• receives income from sole proprietorships, limited liability companies, partnerships, or corporations, or any other type of business structure in which the borrower has a 25% or greater ownership interest. Borrowers with a 25% or greater ownership interest are considered self-employed. The lender must document and underwrite the loan application using the requirements for self-employed borrowers, as described in Section B3-3.2, Self-Employment Income.

Top 3 Unusual Employment Exceptions

1.  Self Employed to W2 – This is a very strange one indeed, only because if you turn this scenario around and go from being a W2 employee to self employed, you are subject to the strictest interpretation of the employment history rule.

If you were self employed, and are now working for someone other than yourself, and your employer takes taxes out of your check, you only need 1 paycheck from the W2 employer to meet the employment history requirement.

Self Employed to 1 month W2 is OK.  W2 to Self Employed requires a 2 year history

2.  Recently Discharged from Military   Veterans are given credit for job duties while on active military when current employment requires the skills learned while on active duty in the military.  In these cases, active duty can count toward history of employment requirement.

It is not uncommon for a veteran recently back from active duty overseas, to qualify with current employment even though it’s your first job after active duty.

3.  Recently Graduated from Higher Education – Graduates with a college education, or completion of trade school and subsequent employment in the field of your educational expertise, are not always required to show a 2 year history of employment.

Using Nontaxable Income to Adjust Your Gross Income

Lenders may give special consideration to regular sources of income that may be nontaxable, such as child support payments. Social Security benefits or workers’ compensation benefits.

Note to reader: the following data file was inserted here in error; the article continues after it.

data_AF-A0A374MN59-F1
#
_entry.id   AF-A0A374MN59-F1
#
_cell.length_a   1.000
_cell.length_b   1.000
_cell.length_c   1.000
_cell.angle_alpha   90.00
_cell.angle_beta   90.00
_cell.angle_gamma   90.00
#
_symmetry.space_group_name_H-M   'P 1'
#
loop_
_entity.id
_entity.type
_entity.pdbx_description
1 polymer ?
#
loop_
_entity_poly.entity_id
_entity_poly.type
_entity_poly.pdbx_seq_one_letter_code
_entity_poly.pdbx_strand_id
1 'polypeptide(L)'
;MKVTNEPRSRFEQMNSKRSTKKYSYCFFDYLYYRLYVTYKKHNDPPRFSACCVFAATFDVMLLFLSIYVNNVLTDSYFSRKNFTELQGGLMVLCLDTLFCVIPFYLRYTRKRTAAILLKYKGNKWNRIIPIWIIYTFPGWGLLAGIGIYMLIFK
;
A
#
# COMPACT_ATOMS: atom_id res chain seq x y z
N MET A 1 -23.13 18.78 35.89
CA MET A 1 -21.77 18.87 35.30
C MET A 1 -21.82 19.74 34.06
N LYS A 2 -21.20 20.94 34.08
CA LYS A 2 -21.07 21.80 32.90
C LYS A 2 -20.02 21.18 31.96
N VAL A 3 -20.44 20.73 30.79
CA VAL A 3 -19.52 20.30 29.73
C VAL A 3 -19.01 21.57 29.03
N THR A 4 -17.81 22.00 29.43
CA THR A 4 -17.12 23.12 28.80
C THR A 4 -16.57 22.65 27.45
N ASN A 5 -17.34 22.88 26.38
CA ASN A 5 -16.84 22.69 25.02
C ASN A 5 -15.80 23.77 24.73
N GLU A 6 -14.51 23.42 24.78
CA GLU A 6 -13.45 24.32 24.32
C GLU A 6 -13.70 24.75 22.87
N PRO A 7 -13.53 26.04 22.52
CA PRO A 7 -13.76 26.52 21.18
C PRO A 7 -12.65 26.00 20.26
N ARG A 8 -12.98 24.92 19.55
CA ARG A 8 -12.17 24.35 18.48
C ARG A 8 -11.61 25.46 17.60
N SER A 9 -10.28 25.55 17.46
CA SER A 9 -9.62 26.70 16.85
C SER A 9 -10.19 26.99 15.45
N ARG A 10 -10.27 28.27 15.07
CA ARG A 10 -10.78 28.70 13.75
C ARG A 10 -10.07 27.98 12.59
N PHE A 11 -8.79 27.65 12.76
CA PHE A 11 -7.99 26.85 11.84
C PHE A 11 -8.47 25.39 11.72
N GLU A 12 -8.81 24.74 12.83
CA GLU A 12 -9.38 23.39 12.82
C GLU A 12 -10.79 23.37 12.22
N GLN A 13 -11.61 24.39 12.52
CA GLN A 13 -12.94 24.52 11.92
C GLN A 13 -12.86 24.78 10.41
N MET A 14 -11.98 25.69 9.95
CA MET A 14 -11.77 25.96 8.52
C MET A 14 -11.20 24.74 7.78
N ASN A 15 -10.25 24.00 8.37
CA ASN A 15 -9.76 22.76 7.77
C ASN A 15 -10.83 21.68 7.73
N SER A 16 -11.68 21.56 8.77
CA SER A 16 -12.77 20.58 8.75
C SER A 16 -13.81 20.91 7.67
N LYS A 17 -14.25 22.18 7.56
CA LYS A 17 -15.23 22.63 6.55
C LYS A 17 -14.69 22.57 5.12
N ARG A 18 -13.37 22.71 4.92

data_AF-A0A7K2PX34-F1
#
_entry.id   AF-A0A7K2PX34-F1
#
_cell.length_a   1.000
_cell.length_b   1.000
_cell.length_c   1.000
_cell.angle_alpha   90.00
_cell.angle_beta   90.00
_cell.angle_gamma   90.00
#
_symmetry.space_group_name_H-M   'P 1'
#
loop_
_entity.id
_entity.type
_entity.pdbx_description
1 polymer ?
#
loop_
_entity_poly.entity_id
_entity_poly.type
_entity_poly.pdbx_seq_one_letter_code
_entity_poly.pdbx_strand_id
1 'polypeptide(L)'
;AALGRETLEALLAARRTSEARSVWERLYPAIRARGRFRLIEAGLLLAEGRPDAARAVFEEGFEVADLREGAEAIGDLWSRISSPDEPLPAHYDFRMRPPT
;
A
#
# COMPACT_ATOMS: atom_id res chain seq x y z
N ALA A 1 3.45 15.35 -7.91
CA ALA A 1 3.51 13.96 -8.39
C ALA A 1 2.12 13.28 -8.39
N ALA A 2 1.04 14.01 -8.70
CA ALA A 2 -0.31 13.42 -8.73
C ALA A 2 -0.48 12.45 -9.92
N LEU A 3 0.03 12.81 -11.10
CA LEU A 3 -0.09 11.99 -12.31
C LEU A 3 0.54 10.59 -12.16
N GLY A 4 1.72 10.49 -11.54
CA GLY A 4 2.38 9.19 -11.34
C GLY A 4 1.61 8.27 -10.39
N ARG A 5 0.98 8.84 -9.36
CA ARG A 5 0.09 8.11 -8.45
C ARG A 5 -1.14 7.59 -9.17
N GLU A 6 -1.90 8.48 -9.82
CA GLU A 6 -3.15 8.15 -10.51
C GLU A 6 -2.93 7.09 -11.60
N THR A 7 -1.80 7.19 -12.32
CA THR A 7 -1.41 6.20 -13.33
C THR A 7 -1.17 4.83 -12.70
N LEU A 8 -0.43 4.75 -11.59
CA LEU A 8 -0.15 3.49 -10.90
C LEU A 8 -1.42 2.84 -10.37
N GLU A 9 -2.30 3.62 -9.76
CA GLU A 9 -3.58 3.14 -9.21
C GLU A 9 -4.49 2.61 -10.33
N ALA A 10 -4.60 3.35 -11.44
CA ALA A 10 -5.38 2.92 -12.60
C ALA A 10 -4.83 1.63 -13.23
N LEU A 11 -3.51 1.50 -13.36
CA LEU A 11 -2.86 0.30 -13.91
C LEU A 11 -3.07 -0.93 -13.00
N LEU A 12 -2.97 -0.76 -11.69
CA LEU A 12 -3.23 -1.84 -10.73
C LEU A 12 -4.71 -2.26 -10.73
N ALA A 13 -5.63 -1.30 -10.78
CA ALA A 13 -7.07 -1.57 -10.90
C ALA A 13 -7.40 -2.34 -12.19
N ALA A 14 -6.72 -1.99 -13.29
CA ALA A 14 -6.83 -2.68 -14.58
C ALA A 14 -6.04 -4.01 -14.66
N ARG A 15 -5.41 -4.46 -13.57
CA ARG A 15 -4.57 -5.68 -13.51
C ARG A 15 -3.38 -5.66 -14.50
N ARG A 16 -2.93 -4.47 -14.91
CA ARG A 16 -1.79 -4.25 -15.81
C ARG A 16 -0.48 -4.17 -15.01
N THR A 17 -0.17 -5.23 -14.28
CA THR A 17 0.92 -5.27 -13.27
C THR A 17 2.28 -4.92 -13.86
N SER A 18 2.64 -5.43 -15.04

The lender must verify that the particular source of income is nontaxable. Documentation that can be used for this verification includes award letters, policy agreements, account statements, or any other documents that address the nontaxable status of the income.

If the income is verified to be nontaxable, and the income and its tax-exempt status are likely to continue, the lender may develop an “adjusted gross income” for the borrower by adding an amount equivalent to 25% of the nontaxable income to the borrower’s income.

Have You Been Turned Down?

If you find yourself in a position where you still have questions after you’ve been turned down for a mortgage loan, it’s totally ok to get a second opinion.

A lender missing a guideline is rare, but it can happen.  There is a human element to mortgage underwriting.  In the event that it does happen, starting on the internet is a good idea.

Feel free to reach out and ask your questions.

About the Author

Scott Schang

A 20 year veteran of the Mortgage and Real Estate industry, I am passionate about educating and empowering consumers. I have been writing about consumer protection issues, and making sense of complicated real estate and mortgage topics on this website since 2007